Arthur Hinman - Convict #549

After stealing a horse and saddle, Hinman was convicted of grand larceny and incarcerated from 1901-1903. Upon his walking through the iron doors, at the age of 14, he was the youngest convict ever put behind bars at the Prison.





Eliza "Big Jack" Stewart - Convict #459

Stewart walked up and shot a man in the neck at a dance hall in Hanna, Wyoming. Not known if it was a lover's quarrel or a fight over money, she was convicted for "assault to commit manslaughter". Steward was incarcerated at the Prison from 1899-1901.





James Brown - Convict #516

Convicted of Forgery and sentenced to 3 years hard labor, Brown was one of many escape attempts at the Prison. He had 1 year left on his sentence when Brown escaped on May 30, 1903 while cleaning the chicken house. Prisoner was recaptured and punished by usual methods then given an additional 30 years. He was the last prisoner to escape State Penitentiary at Laramie. He served out the remainder of his incarceration at the new state penitentiary in Rawlins, Wyoming and was released in May 1935 at the age of 99.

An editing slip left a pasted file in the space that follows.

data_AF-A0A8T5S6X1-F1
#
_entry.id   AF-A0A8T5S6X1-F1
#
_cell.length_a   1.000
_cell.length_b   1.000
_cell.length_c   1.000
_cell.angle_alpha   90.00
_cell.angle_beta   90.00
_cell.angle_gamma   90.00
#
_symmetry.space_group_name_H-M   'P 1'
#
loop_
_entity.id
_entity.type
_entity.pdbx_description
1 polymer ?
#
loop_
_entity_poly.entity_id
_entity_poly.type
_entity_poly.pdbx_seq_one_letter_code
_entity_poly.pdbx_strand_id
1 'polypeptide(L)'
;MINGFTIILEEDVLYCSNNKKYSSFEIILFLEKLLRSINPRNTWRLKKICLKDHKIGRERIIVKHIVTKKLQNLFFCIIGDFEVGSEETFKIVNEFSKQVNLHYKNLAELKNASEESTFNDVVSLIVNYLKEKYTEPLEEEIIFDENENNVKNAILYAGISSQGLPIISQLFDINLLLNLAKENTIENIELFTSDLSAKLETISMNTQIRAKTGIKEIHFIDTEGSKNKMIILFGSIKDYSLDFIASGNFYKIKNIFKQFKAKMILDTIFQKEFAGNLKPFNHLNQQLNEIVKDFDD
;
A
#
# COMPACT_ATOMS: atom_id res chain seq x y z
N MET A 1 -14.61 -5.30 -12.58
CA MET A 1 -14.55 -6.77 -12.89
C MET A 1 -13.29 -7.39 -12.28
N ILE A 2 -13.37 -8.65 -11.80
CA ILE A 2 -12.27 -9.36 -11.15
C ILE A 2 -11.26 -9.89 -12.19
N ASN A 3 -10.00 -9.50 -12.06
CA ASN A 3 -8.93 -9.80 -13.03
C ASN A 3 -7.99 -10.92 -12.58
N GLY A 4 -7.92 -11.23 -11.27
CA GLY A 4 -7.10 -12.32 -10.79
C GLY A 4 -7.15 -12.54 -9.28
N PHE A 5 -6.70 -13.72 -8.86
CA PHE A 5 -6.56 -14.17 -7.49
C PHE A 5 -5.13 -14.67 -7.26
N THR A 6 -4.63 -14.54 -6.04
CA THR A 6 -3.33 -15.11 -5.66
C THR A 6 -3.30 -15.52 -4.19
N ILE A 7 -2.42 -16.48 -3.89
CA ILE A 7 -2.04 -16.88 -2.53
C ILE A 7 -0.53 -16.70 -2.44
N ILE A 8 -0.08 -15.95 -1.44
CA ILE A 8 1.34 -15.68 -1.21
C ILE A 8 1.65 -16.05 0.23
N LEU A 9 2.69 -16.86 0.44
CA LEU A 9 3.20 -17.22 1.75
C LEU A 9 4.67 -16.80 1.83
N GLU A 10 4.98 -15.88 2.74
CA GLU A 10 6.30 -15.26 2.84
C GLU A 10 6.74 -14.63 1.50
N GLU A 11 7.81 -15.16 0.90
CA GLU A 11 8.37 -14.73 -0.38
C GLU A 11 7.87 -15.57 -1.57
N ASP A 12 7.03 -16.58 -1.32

William T. Wilcox - Convict #134 & #324

Wilcox did hard time at the prison for burglary from 1893 to 1896 (and again for forgery1897-1898). While incarcerated, he became a friend of Butch Cassidy, who was serving time for grand larceny. Wilcox possibly rode with the Wild Bunch gang after he and Cassidy were released. In later years, Wilcox would impersonate Cassidy, convincingly leading many to believe in the 1920s and 1930s that Cassidy had returned from South America to the American West.

To learn more about the 1,063 convicts that were locked up, worked and lived behind bars read: Atlas of Wyoming Outlaws at the Territorial Penitentiary, by Elnora L. Frye., c.1990




Wyoming Territorial Prison Cancels Kids' Pumpkin Walk


September 18, 2020


Out of an abundance of caution due to the health risks related to COVID-19, the Wyoming Territorial Prison State Historic Site Kids’ Pumpkin Walk event scheduled on October 3, has been canceled.

The decision to cancel this year’s event was necessary to ensure the safety of the visitors, as well as the integrity of this popular event.